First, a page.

Novelist Fred Snyder weaves the divinations of ancient prophet Ezekiel into a suspenseful story of family conflicts, international unrest, and deliverance in Ezekiel’s Vision.
Robert Zadok is a young American college graduate determined to make aliyah despite pressures from his family to assimilate. The grandson of a scholar of the prophet Ezekiel, Zadok identifies with his ancestors’ Zionist principles, and believes he will always be conflicted between those ideals and his connections to his parents. His dream of contributing to Israel’s rebirth is so strong that he defies his family’s wishes, and sacrifices both his lover and his material comforts to emigrate. Once there, he discovers a city where his grandfather’s teachings are still followed, and he begins to study a forgotten manuscript that unlocks the mysteries of Ezekiel’s often misunderstood prophecy. Zadok learns the secrets passed down through generations of mystics, but does not yet realize how powerful this knowledge would come to be.
Ezekiel’s Vision brings to life the controversy surrounding Jewish continuity, the relevance of prophecies to contemporary crises, and the tough choices we often face within our relationships – both personal and international. In a story that weaves mysticism, prophecy, and kabalistic secrets with the everyday challenges of marriage and family life, Fred Snyder illuminates the many conflicts facing Jewish people today.
ABOUT THE AUTHOR: Fred Snyder was born in Boston, Massachusetts where he attended Boston University graduating with a degree in Industrial Engineering. He has been a Senior Vice President for the Discovery Channel, and Bradlees, Inc., and has also worked at DeLoitte & Touche, and Circuit City Stores. Currently, he is a Senior Vice President and Division Director for a Fortune 200 Corporation.
Aside from publishing numerous articles for management journals, Snyder has written many pieces for U.S. Jewish weeklies highlighting the contemporary challenges to Jewish Continuity while referencing historical parallels. He has visited and lived in Israel at different points in his life and has become an active supporter of numerous Jewish causes. A father of four, Fred and his wife Gail live in Massachusetts.
'One more thing; in the book, Israel is under attack from the north, just like the most recent situation.'
So said Fred Snyder, the author of the new book 'Ezekiel's Vision,' about one of the plot developments that takes place in this taut new thriller. Prophesies, danger, intrigue, and an ending that is as interesting as it is suspenseful are all here, with a backdrop of Judaism and Israel to boot.
Written in Hemingway-esque prose, with each sentence being very curt and to the point, the book starts off in the 1930s, when Ruben Zadok, a biblical scholar, is murdered in Israel along with two other people. Fast forward to Boston in 1961, where readers are introduced to the main character of the novel, Bob Zadok, who is the grandson of Ruben, and like Ruben, he yearns to make aliyah and move to Israel. After finally making the tough decision to move, against the wishes of his parents, Bob joins the army, gets promoted and eventually ends up becoming a colonel in the Israeli army.
One day, while on his honeymoon, he stumbles onto a museum dedicated to his grandfather and his writings, especially his work on the prophet Ezekiel and the prophecies that he made. One thing leads to another, and without giving away too much, these prophecies become much more pressing when Israel is under attack from Arabs to the north.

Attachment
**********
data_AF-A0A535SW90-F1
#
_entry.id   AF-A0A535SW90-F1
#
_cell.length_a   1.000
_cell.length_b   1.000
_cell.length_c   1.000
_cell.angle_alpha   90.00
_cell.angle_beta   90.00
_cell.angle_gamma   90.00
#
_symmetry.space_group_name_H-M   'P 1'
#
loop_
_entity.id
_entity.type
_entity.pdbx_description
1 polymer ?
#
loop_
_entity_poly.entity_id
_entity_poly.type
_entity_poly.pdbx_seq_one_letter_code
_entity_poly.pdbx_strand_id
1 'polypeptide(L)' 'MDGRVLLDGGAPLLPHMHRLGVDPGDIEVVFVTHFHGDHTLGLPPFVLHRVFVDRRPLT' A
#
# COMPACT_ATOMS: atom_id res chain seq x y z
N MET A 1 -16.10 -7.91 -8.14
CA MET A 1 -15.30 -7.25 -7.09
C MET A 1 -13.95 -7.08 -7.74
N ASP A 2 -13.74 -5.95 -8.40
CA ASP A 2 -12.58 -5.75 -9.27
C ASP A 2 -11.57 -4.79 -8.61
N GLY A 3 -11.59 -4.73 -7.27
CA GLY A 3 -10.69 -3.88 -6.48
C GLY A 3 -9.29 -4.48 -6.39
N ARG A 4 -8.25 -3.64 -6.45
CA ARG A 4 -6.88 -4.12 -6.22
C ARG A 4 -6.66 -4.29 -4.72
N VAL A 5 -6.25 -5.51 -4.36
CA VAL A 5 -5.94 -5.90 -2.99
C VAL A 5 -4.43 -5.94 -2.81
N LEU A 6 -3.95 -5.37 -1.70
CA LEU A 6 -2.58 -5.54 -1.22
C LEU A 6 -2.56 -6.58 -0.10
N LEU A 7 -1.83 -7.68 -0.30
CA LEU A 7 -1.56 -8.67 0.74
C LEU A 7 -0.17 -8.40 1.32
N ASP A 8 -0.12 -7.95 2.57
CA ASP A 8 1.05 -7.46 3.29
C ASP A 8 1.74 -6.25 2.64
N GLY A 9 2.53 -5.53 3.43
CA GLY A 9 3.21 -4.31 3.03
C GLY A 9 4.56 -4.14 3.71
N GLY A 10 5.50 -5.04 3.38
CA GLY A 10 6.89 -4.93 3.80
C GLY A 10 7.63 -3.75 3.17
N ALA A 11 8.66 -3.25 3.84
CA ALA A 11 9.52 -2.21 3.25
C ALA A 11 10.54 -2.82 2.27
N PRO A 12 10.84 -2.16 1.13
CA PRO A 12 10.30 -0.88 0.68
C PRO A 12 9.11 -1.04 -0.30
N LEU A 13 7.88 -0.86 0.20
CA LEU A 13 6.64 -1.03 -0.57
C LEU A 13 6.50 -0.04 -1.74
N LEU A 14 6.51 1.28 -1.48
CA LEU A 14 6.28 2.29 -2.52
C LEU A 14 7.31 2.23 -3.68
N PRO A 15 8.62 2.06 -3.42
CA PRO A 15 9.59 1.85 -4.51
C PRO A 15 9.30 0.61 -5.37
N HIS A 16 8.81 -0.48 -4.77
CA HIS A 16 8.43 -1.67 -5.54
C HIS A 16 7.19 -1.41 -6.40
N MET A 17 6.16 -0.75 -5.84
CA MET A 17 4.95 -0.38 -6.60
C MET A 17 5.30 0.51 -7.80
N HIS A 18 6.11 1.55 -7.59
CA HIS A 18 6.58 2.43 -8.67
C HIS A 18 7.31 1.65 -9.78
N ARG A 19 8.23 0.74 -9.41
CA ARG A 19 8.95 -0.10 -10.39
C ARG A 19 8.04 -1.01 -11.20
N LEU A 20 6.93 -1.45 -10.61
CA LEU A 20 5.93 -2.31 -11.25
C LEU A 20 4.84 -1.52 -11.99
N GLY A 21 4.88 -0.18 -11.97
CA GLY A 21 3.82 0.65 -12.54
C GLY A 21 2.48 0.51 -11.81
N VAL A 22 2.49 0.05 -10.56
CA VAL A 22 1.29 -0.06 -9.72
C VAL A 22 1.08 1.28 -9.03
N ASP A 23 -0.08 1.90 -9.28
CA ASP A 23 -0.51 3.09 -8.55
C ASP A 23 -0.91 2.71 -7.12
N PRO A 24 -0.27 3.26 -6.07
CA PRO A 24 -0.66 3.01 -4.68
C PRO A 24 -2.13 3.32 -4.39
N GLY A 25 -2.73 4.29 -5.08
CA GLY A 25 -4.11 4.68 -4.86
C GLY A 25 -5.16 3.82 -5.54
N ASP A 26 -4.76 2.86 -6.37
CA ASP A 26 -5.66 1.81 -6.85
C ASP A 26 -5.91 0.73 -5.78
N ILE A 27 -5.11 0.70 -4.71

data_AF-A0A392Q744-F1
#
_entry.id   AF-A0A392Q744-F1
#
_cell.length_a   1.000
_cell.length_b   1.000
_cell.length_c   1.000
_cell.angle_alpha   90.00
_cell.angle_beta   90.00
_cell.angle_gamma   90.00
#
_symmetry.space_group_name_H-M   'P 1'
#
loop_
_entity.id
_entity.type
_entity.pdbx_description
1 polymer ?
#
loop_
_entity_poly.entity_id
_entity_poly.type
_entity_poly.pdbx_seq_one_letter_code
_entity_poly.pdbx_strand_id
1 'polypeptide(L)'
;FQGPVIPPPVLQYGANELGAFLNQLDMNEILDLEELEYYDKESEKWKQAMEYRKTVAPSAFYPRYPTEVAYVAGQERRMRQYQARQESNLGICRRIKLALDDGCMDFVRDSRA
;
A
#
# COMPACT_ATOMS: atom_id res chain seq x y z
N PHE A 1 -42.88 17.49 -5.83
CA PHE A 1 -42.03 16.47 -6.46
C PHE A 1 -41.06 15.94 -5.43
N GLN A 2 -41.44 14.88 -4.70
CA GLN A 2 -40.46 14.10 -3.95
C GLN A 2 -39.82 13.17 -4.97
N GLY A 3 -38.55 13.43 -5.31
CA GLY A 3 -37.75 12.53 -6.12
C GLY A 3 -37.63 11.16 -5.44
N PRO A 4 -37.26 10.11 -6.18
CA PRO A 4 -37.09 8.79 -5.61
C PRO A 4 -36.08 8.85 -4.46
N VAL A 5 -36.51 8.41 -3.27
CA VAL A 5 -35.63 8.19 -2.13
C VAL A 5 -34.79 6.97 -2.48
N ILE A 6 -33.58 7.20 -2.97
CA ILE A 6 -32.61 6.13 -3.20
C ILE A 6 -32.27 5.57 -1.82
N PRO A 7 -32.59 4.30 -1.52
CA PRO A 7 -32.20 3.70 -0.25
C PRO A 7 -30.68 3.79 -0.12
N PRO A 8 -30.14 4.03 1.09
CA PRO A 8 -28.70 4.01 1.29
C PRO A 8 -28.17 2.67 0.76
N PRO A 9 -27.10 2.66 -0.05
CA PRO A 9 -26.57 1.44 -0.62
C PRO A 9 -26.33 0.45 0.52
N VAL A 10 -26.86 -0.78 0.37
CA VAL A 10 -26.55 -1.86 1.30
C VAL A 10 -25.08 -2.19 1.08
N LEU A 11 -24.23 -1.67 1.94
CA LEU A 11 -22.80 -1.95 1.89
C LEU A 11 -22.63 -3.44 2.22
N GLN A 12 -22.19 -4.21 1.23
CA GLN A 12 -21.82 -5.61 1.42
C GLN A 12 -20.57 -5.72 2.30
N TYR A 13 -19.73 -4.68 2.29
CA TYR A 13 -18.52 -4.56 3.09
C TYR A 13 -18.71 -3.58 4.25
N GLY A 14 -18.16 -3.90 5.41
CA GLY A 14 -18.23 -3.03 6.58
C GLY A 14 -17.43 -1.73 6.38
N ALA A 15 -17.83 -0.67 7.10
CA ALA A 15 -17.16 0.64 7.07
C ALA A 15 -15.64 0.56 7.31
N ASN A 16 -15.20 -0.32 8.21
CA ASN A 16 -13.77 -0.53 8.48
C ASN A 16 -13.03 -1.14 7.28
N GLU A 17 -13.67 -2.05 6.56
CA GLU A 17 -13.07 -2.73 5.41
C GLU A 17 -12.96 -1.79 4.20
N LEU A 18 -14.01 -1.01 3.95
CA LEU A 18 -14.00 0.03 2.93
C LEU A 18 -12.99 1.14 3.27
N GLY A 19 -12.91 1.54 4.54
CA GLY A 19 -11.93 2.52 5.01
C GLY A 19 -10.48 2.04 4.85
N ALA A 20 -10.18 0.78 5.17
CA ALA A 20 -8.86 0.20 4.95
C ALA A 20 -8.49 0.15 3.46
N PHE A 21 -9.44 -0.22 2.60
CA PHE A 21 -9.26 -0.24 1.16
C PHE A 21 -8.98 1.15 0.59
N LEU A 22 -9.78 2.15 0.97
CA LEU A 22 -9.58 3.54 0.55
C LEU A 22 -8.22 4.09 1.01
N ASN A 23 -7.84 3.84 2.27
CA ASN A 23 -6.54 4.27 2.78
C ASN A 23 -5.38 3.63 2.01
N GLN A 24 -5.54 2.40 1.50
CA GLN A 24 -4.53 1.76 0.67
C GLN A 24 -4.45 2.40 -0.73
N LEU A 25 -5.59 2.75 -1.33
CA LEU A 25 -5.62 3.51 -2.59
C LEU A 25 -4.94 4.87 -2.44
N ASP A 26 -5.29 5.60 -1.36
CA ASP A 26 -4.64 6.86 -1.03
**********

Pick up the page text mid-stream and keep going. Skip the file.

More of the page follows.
What happens next is both thrilling and exciting, making it impossible to put this book down until you have completed it. 'Even though there are some aspects of this book that are true to my life, I do not want people to think that this is autobiographical in any way,' said Snyder, who made aliyah when he was 23 years old but moved back because he missed his family.
One of the most interesting aspects of this book is the fact that while there are some otherworldly elements at its core, this is a story about someone trying to make sense of his life from moving to a far away country, to dealing with a stressful career, family obligations, a cancer scare and much more. These little touches in the book turn it from another run-of-the-mill story to something that everyone can get behind.
Who here has not at one time or another felt career or family pressures? Who has not had to make an immense decision that would affect our lives for years to come? This is what makes the book a must read.
Snyder writes: 'His grandfather had experienced a vision by a river, not Ezekiel's vision, but he had nonetheless been inspired to write, just as Ezekiel has been inspired to write and to influence the Jews.'
People find inspiration to write from all different places and sources. When I spoke to Snyder on the phone, he said that this novel had taken him twenty years to write. He would write, then get creative block, put the book down and come back to it when the time was right. After reading Ezekiel's Vision, here is to hoping that it does not take him another 20 years to write his next book.
Bret Ratner Boston Jewish Advocate November 23, 2006
The story plot : - Creative; the introductory paragraph to each chapter is appropriate. - The Prologue is fitting for the story. - The stress of leaving family behind is realistic for anyone who has made aliyah alone. -Chana Givon Co-chair in Israel of the Unity Coalition for Israel of the Knesset Christian Allies Caucus